February 14, 2017

Ronald McDonald House Charities® (RMHC) of Greater Houston/Galveston in conjunction with Texas Children’s Hospital recently announced the unveiling of its new Ronald McDonald Care Mobile® medical unit. Operated by Texas Children’s, the Ronald McDonald Care Mobile® is a state-of-the-art, fully-equipped pediatric clinic on wheels designed to meet the health care and treatment needs of children in the Greater Houston and Galveston area.

The medical unit was unveiled at a ribbon cutting ceremony with special guest and speaker Mayor Sylvester Turner on February 10 at the McDonald’s restaurant located at 1619 South Loop West.

“I am excited about this wonderful collaboration between Ronald McDonald House Charities and Texas Children’s Hospital,” the mayor said. “Thanks to Ronald McDonald Care Mobile®, many children in our community will have access to immunizations, well-child and urgent care visits, vision and hearing screenings, free medicine through an on-site pharmacy, and specialty care referrals, including mental health and social service referrals.”

In addition, Sylvester said, the Ronald McDonald Care Mobile® also will be offering sports physicals, allowing more area youngsters to have the opportunity to participate in school athletics.

Staffed by pediatricians, nurse practitioners, nurses, and medical assistants from Texas Children’s, Ronald McDonald Care Mobile® will provide medical care to more than 3,000 children per year in a 60-mile radius around the Texas Medical Center. The new unit’s arrival is expected to expand service reach by 10 percent in the first year.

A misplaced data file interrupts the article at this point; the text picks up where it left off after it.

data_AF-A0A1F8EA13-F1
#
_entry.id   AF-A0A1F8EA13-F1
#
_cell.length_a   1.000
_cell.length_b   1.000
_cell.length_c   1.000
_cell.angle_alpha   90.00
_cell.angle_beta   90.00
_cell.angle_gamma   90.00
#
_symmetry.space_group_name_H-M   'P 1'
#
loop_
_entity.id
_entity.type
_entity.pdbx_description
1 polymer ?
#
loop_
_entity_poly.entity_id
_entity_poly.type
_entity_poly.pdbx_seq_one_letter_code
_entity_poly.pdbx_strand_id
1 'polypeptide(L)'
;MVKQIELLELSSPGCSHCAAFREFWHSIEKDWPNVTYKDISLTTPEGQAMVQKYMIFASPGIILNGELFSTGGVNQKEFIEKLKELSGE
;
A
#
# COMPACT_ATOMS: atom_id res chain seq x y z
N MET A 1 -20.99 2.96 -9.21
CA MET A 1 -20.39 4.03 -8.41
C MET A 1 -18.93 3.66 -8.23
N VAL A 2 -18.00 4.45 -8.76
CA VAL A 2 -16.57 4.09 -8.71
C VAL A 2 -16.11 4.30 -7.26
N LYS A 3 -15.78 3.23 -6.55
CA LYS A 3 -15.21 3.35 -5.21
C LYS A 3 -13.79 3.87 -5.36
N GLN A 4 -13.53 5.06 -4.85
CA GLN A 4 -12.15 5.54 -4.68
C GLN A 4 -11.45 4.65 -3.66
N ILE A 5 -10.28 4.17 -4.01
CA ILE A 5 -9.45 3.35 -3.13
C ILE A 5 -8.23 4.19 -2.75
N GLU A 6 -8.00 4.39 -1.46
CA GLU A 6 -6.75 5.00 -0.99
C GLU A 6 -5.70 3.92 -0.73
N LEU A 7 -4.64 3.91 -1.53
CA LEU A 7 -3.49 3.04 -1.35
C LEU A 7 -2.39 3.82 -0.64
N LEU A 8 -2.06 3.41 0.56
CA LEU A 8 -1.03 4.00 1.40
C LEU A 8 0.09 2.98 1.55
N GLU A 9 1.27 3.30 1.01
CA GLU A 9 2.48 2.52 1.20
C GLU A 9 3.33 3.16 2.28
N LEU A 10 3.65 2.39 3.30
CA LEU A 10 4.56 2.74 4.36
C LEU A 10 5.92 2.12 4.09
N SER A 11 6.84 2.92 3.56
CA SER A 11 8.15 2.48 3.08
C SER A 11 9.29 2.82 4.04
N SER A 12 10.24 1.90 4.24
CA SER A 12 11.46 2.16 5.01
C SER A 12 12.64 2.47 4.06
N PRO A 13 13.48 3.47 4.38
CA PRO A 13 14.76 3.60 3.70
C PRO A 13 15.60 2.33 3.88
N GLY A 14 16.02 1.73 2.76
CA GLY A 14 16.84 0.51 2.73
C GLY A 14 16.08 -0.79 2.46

Tanya Gee, Executive Director of RMHC® Houston & Galveston said that working in partnership with community health care leaders, the Ronald McDonald Care Mobile® bridges gaps between underserved children and local community agencies.

“It travels to locations lacking pediatric resources or underutilizing existing ones,” Gee said. “We want to thank our partners at Texas Children’s for their tireless dedication to our shared mission of service to the children of Houston and the local McDonald’s Owner for their incredible generosity.”

President of Texas Children’s Pediatrics Kay Tittle said her organization is looking forward to the continued impact the Ronald McDonald Care Mobile® will have on families in Houston.

“At Texas Children’s, our goal is to build a community of healthy children, and our mobile clinics allow us to provide trusted, high-quality medical services to children who normally might not have the opportunity to receive health care,” Tittle said.

The Ronald McDonald Care Mobile medical unit was made possible by a donation of $400,000 from the McDonald’s Owner/Operators Association of Greater Houston. Through its Fry Fund initiative, Houston area McDonald’s restaurants donated three cents for every case of French fries sold over the past four years.

“As local business people, we are committed to supporting the communities we live and work in,” said President of the McDonald’s Owner/Operators Association of Greater Houston Matthew Kades. “The families served by the Ronald McDonald Care Mobile® are our neighbors. McDonald’s is a big brand, and with partners like Ronald McDonald House Charities® and Texas Children’s Hospital, we can make a big impact right here in Greater Houston.”

Texas Children’s Executive Vice President Michelle Riley-Brown said that to date, the Ronald McDonald Care Mobile® has served more than 40,000 patients, and with this incredible updated unit, the impact will only continue to grow.